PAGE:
Excision - The Paradox Tour
TicketsFri., Mar. 24, 8:00pm
Gridiron Glory: The Best of Pro Football HOF -- 10AM-3PM
TicketsSat., Mar. 25, 10:00am
Impractical Jokers "Santiago Sent Us" Tour Starring The Tenderloins
TicketsSat., Mar. 25, 5:00pm
TicketsSat., Mar. 25, 9:00pm
Third Ward Blues Four of America's greatest bluesmen -- Clarence "Gatemouth" Brown, the late Albert Collins, Johnny Clyde Copeland and Joe "Guitar" Hughes -- grew up within a couple of blocks of each other in the Third Ward. Up-and-coming filmmaker Heather Korb documents Houston's blues heritage with performance footage from the four and candid conversations about their relationships to music and each other. The premiere will be followed by a performance by Joe "Guitar" Hughes at the Velvet Elvis.8 p.m. Rice University, Rice Media Center (entrance no. 8 off University), 572-4882. Free.
Robot Zoo No one has ever seen a giant squid alive, but the Robot Zoo engineers have created the beast's machinated double. Yes, kids of all ages, you can drive this squid by jiggering the "nerves" and "muscles" that control its expulsion of water, and you can maneuver the 18-foot tentacles to capture a fish. The gigantic robotic fly climbs walls -- and you can too, with your own Velcro hand and knee pads. And that's just the beginning: The mechanical bestiary also includes a chameleon, rhinoceros, platypus, giraffe, bat and grasshopper. 9 a.m.-7 p.m. Through Labor Day at the Space Center Plaza, 1601 NASA Road 1, (281) 244-2105. $11.95, adults; $8.95, kids four-11; free for children under four.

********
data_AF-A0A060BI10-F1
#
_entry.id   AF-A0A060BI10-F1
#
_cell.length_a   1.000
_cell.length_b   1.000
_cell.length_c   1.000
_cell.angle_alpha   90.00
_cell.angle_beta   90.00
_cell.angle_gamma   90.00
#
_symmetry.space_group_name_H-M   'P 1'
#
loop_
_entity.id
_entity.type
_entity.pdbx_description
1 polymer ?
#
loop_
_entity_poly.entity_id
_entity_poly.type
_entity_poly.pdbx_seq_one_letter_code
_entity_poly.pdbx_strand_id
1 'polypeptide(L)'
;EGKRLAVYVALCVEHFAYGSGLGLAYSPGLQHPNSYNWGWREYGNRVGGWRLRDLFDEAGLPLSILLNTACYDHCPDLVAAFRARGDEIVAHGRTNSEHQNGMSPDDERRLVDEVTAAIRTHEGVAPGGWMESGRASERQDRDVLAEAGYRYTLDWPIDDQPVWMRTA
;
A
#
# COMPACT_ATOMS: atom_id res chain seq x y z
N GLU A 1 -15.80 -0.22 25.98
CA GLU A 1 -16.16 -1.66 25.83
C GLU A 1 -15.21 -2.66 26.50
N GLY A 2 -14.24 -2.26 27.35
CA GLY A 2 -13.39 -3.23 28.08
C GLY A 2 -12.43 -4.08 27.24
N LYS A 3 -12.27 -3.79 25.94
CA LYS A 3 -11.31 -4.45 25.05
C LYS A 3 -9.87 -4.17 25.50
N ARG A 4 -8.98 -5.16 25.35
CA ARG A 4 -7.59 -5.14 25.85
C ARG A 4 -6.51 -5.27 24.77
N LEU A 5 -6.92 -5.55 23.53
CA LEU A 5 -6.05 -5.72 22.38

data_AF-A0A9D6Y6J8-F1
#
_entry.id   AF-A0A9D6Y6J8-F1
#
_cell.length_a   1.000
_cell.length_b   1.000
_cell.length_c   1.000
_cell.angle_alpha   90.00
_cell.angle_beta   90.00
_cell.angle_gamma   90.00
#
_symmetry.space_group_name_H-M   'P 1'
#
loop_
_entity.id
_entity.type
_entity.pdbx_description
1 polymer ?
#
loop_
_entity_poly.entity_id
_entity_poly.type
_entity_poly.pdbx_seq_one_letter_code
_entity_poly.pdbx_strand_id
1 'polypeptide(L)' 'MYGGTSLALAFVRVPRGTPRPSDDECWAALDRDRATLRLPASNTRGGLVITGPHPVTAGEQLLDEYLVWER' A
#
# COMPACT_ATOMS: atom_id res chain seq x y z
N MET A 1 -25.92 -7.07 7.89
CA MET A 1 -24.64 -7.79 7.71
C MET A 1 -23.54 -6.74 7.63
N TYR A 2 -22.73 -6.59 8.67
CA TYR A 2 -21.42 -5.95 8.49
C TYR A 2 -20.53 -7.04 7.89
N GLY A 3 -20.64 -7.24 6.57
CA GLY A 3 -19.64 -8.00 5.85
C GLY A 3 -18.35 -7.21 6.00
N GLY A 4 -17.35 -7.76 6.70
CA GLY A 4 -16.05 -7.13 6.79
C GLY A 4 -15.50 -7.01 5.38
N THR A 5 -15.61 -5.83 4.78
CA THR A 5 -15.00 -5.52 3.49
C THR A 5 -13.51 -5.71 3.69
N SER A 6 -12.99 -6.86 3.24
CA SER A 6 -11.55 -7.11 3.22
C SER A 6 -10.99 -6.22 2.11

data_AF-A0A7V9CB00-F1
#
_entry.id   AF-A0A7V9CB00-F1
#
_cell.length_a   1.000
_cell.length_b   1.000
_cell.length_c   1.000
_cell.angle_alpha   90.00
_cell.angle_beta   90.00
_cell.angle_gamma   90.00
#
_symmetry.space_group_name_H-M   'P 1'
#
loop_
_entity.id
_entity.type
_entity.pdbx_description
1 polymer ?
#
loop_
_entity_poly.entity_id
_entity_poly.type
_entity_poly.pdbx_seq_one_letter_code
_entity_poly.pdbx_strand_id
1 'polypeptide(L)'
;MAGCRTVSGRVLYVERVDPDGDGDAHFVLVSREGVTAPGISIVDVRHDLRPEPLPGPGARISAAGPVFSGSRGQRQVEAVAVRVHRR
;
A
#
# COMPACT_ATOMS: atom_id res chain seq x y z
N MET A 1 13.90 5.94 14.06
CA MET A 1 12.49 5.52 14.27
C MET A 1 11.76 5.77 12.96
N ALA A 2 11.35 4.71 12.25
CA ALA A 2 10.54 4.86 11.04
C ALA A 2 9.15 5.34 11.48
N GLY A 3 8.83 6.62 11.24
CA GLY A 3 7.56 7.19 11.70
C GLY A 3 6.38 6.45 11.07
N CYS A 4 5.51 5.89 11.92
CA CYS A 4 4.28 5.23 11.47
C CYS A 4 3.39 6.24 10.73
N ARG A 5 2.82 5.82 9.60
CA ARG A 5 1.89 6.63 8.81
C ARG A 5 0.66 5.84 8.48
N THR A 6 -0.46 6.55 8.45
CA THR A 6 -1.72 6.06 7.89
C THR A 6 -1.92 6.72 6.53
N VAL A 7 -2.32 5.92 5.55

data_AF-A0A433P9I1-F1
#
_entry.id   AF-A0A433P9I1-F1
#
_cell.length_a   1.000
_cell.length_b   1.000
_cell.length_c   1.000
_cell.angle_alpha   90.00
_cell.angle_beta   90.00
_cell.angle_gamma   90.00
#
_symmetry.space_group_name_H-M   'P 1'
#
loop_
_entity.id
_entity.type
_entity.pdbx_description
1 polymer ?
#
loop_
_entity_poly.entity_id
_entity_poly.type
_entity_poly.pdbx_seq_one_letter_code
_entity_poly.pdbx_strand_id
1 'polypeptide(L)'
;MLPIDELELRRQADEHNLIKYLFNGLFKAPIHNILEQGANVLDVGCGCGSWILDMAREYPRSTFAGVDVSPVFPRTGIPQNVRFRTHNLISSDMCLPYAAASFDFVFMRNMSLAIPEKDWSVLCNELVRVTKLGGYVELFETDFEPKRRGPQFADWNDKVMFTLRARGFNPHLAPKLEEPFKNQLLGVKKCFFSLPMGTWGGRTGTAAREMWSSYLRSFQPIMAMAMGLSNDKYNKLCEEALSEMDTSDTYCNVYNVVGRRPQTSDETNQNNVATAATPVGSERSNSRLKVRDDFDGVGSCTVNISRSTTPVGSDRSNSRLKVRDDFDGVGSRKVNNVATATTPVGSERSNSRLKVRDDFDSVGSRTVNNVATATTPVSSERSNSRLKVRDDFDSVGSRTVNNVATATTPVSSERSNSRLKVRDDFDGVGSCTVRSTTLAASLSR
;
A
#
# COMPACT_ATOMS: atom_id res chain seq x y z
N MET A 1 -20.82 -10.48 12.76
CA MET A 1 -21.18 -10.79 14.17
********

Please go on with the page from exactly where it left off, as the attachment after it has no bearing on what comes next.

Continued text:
From Death to Birth You got questions? Dr. Pandit Tigunait has answers. But save the simple stuff like "Will I ever meet Mr. Right?" for the phone psychics. This disciple of Sri Swami Rama of the Himalayas cuts right to the metaphysical chase in his all-day workshop with "previously undisclosed" answers to questions such as "Why do we exist?" and "What will happen to us after we die?" 10 a.m.-5 p.m. The Yoga Center of Houston, 2438-A South Boulevard. Call (800) 253-6243 to register. $109 in advance; $129 at the door.